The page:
It is difficult to categorise Yuna, and that is what made her OzAsia performance all the more intriguing and mesmerising.
It began with her beguiling appearance as she sauntered on stage at the Space Theatre in front of the already-assembled musicians, wearing a multi-coloured turban and metallic-blue, striped full-length gown with a simple lemon blouse over the top, all elegantly draped over her diminutive body. Images of Malaysia, the Caribbean and even the sub-continent were already swirling around.
He voice was melodic, pure and seemingly fragile through the early numbers, while delivering immense, effortless power as the band surged to provide a dramatic back-drop to the eclectic range of styles evident in the songs.
The themes were universal, with break-up songs, love songs and even a song dealing with bullying called “Remember My Name”.
Modern language inevitably finds its way into the lyrics of today’s younger performers. Yuna’s favourite song, “Coffee”, delivers a great example of this with the line: “I’m dreaming of you in hi-definition.” Another warns her boyfriend to lift his game if he wants her to stay, demanding: “Stop twitter-messaging all those other girls on your phone.” This is no girl to be messed with, as she makes it clear that even if he does change his ways, she might stay, but it also might just be too late.
Yuna’s on-stage persona is sheer charm as she delivers an infectious smile whenever not singing. She tastefully flirts with her audience, calmly sips at a water bottle between songs, adjusts the blouse when necessary, never being rushed and always keeping the audience enthralled. The publicity blurb warned that we would find it hard not to fall in love with Yuna. It was right.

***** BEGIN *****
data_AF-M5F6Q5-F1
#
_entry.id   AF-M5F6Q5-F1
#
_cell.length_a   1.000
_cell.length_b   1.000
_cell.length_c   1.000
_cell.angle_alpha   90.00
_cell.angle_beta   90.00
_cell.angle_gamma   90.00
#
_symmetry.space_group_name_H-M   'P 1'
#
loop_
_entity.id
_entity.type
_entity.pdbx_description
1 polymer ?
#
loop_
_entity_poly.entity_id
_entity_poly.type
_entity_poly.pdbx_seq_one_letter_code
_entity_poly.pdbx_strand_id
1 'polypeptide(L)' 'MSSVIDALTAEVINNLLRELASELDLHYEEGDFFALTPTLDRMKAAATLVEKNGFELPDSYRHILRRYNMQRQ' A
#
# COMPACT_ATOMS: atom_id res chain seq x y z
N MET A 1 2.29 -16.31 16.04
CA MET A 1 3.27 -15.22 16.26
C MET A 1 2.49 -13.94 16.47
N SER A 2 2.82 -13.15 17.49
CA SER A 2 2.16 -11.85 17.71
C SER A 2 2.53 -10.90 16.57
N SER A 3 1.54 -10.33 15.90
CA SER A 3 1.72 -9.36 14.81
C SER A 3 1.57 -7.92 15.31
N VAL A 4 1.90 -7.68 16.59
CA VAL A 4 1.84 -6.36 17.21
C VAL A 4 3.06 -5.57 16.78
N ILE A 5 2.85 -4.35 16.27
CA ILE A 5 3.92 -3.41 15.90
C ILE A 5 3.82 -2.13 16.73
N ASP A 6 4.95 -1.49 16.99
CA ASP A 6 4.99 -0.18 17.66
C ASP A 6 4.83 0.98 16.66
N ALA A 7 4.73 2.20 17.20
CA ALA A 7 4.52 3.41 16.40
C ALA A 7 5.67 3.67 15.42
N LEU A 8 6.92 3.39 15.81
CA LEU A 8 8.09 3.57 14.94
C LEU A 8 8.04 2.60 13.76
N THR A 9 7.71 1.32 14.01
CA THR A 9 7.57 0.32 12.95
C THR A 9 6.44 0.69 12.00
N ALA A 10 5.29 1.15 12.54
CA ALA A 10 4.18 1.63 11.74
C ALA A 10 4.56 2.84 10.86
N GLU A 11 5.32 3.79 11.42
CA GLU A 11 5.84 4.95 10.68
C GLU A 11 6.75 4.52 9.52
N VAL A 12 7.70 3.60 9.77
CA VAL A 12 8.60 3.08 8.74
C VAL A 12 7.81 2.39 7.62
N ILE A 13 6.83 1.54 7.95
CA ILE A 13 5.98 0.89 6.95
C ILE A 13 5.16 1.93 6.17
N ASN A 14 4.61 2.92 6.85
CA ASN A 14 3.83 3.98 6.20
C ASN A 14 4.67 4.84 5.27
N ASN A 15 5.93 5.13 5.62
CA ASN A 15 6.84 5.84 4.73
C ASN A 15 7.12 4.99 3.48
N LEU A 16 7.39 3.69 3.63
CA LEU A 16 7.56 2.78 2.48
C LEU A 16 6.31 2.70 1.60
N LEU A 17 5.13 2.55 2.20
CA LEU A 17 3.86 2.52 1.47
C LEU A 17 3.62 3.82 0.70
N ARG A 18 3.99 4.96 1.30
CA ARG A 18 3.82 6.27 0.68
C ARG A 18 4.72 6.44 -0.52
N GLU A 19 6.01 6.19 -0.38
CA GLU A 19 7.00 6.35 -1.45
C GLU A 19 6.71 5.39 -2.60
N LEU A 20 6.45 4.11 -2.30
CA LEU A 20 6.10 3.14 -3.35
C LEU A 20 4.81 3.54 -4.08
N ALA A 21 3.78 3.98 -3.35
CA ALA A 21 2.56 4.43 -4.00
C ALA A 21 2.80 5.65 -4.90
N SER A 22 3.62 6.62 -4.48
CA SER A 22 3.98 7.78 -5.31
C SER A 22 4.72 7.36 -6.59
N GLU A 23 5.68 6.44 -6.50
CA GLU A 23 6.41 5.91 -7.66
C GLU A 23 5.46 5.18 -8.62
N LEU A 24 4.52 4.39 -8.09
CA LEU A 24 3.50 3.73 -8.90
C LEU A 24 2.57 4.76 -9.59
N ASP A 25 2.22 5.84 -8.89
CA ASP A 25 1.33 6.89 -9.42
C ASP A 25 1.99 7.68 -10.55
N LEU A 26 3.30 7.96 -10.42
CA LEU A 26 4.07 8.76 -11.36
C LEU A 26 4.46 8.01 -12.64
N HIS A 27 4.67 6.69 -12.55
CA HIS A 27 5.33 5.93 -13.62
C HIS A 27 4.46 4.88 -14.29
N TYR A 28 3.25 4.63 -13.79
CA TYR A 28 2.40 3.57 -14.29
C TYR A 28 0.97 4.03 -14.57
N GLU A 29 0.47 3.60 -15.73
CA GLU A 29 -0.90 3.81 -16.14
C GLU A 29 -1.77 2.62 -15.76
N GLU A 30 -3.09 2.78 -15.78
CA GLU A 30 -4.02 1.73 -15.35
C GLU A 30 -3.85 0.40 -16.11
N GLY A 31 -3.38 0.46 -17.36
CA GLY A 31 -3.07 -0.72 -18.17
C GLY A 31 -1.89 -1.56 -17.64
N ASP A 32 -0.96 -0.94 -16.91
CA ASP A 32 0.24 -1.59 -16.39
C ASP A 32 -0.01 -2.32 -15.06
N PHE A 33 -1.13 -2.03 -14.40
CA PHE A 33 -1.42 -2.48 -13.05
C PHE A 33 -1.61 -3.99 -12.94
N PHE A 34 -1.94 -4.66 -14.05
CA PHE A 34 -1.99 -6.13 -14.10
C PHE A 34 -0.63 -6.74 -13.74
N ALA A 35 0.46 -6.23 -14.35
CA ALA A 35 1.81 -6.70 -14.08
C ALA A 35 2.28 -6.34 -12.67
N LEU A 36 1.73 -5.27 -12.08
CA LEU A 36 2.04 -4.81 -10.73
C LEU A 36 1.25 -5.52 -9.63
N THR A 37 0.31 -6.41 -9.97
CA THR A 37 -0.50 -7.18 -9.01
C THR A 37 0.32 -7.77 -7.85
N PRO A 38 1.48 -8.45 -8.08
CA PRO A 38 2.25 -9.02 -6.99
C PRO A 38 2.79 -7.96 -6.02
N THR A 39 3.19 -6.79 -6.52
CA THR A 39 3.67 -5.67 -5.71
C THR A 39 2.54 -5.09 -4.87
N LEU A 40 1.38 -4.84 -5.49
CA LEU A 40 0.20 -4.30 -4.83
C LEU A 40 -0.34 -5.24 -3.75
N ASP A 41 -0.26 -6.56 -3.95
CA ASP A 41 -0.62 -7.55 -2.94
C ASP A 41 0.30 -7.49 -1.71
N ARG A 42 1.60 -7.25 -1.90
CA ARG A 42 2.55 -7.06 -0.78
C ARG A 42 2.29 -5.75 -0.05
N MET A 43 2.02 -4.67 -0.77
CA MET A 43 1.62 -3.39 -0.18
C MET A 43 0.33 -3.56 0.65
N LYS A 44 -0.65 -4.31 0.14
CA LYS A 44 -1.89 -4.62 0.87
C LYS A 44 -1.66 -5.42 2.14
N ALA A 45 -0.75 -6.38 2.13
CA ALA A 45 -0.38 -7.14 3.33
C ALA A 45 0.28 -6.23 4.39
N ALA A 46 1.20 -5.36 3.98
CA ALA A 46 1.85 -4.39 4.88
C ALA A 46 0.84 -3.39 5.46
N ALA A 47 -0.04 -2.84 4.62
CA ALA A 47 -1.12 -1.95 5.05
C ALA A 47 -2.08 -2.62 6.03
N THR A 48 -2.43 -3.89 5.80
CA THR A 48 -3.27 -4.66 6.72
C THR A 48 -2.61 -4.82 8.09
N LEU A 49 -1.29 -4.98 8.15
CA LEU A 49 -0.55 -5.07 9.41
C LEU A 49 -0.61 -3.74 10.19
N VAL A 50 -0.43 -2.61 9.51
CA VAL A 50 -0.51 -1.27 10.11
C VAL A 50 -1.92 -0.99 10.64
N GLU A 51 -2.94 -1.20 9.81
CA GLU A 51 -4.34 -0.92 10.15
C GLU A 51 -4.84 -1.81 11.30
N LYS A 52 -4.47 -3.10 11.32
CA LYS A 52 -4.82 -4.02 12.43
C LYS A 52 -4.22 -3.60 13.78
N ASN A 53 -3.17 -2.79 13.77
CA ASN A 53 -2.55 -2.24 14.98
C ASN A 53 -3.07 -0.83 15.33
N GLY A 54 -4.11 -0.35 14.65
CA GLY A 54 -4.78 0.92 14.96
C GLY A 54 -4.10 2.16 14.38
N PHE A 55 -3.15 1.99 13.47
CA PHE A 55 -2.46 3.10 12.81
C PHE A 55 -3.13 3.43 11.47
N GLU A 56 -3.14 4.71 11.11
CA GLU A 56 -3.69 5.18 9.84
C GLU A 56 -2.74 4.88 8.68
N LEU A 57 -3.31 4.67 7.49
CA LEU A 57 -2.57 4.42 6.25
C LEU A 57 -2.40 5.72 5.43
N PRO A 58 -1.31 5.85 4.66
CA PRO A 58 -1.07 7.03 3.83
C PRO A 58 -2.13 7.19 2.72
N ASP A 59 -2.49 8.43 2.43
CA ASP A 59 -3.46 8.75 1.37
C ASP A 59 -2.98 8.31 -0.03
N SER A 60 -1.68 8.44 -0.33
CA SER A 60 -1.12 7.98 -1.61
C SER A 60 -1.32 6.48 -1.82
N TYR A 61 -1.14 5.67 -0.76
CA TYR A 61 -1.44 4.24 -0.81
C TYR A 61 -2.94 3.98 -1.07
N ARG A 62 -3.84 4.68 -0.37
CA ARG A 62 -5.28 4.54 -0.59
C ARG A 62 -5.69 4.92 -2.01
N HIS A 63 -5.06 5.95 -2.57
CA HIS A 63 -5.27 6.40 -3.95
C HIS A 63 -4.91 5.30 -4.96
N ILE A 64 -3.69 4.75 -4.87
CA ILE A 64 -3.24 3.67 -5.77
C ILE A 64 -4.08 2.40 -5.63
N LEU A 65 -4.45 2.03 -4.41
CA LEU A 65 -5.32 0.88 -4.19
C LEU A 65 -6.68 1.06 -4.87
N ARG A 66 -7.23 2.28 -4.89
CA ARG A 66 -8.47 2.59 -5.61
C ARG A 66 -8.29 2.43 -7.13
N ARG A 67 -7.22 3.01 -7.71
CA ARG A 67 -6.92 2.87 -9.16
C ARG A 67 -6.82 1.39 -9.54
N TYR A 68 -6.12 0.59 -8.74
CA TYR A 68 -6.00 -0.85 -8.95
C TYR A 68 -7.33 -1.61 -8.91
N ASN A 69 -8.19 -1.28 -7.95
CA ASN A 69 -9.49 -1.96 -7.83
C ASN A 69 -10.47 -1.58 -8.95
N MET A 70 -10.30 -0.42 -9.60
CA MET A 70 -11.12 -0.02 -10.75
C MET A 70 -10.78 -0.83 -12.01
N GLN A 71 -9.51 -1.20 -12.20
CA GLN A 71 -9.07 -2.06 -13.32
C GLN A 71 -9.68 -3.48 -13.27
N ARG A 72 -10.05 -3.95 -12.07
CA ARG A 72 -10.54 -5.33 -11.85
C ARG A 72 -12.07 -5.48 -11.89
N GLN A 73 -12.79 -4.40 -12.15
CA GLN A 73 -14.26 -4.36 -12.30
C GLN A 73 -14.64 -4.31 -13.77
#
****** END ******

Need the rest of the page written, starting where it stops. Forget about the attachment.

The five-piece all-Malay band – two guitars, keyboard, bass and drums – delivered understated soundscapes, spanning delicate melancholy to full-throttle power, all perfectly controlled and unobtrusively delivered. Most songs were delivered in English, with three in Yuna’s native Malaysian language, Bahasa.
Apparently Yuna is also an accomplished instrumentalist on guitar, ukulele and Suzuki QChord (I’ll leave you to Google that one.) But on this occasion all that was left to the musicians, as the Malaysian-born and raised songstress, now resident in LA, concentrated on delivering her unique songs with vocals that soared effortlessly from the middle range to soprano and a perfectly controlled falsetto.
Her musical influences appear to include Norah Jones, Sade perhaps, Janis Ian and maybe Nellie Furtado, but that’s only to give you a reference point – Yuna is carving out her very own distinctive niche that really needs no comparison. I think there is little doubt we will be hearing more of her name in years to come.
It all came to an end far too quickly with stand-out songs “Live Your Life”, her initial breakthrough effort, and the latest single “I Wanna Go” from a new EP. Look it up on iTunes – you won’t be disappointed.
Yuna performed at the Space Theatre on September 13-14.
More OzAsia Festival coverage
Review: Meeting with Bodhisattva
Preview: The Light Surgeons’ Super Everything
Preview: Malaysian singer Guba
Preview: Leigh Warren and Dancers’ Not According to Plan
Preview: Yegam Theatre Company’s Extreme Jump!
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